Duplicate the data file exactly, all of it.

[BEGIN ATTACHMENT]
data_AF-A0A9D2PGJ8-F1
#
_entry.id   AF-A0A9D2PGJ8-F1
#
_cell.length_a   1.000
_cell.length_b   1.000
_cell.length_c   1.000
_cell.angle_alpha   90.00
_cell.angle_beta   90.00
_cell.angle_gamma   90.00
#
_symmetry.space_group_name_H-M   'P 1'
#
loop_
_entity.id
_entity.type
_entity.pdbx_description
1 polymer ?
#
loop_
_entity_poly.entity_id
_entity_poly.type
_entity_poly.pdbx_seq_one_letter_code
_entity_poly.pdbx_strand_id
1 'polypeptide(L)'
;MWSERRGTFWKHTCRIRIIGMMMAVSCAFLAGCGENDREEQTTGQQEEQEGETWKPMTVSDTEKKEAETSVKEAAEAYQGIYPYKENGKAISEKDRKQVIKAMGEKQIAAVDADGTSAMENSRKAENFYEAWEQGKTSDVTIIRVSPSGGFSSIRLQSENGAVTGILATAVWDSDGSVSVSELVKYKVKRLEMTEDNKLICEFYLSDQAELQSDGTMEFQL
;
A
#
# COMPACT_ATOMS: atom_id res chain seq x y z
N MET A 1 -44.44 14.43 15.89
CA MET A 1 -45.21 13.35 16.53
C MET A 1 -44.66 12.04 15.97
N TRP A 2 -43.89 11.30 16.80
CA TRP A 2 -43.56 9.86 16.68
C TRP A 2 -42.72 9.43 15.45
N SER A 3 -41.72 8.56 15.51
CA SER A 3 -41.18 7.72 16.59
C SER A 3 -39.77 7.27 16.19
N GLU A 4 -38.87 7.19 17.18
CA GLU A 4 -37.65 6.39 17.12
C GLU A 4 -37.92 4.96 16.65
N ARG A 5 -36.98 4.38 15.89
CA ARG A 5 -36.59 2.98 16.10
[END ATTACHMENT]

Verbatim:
data_AF-A0A9D2PGJ8-F1
#
_entry.id   AF-A0A9D2PGJ8-F1
#
_cell.length_a   1.000
_cell.length_b   1.000
_cell.length_c   1.000
_cell.angle_alpha   90.00
_cell.angle_beta   90.00
_cell.angle_gamma   90.00
#
_symmetry.space_group_name_H-M   'P 1'
#
loop_
_entity.id
_entity.type
_entity.pdbx_description
1 polymer ?
#
loop_
_entity_poly.entity_id
_entity_poly.type
_entity_poly.pdbx_seq_one_letter_code
_entity_poly.pdbx_strand_id
1 'polypeptide(L)'
;MWSERRGTFWKHTCRIRIIGMMMAVSCAFLAGCGENDREEQTTGQQEEQEGETWKPMTVSDTEKKEAETSVKEAAEAYQGIYPYKENGKAISEKDRKQVIKAMGEKQIAAVDADGTSAMENSRKAENFYEAWEQGKTSDVTIIRVSPSGGFSSIRLQSENGAVTGILATAVWDSDGSVSVSELVKYKVKRLEMTEDNKLICEFYLSDQAELQSDGTMEFQL
;
A
#
# COMPACT_ATOMS: atom_id res chain seq x y z
N MET A 1 -44.44 14.43 15.89
CA MET A 1 -45.21 13.35 16.53
C MET A 1 -44.66 12.04 15.97
N TRP A 2 -43.89 11.30 16.80
CA TRP A 2 -43.56 9.86 16.68
C TRP A 2 -42.72 9.43 15.45
N SER A 3 -41.72 8.56 15.51
CA SER A 3 -41.18 7.72 16.59
C SER A 3 -39.77 7.27 16.19
N GLU A 4 -38.87 7.19 17.18
CA GLU A 4 -37.65 6.39 17.12
C GLU A 4 -37.92 4.96 16.65
N ARG A 5 -36.98 4.38 15.89
CA ARG A 5 -36.59 2.98 16.10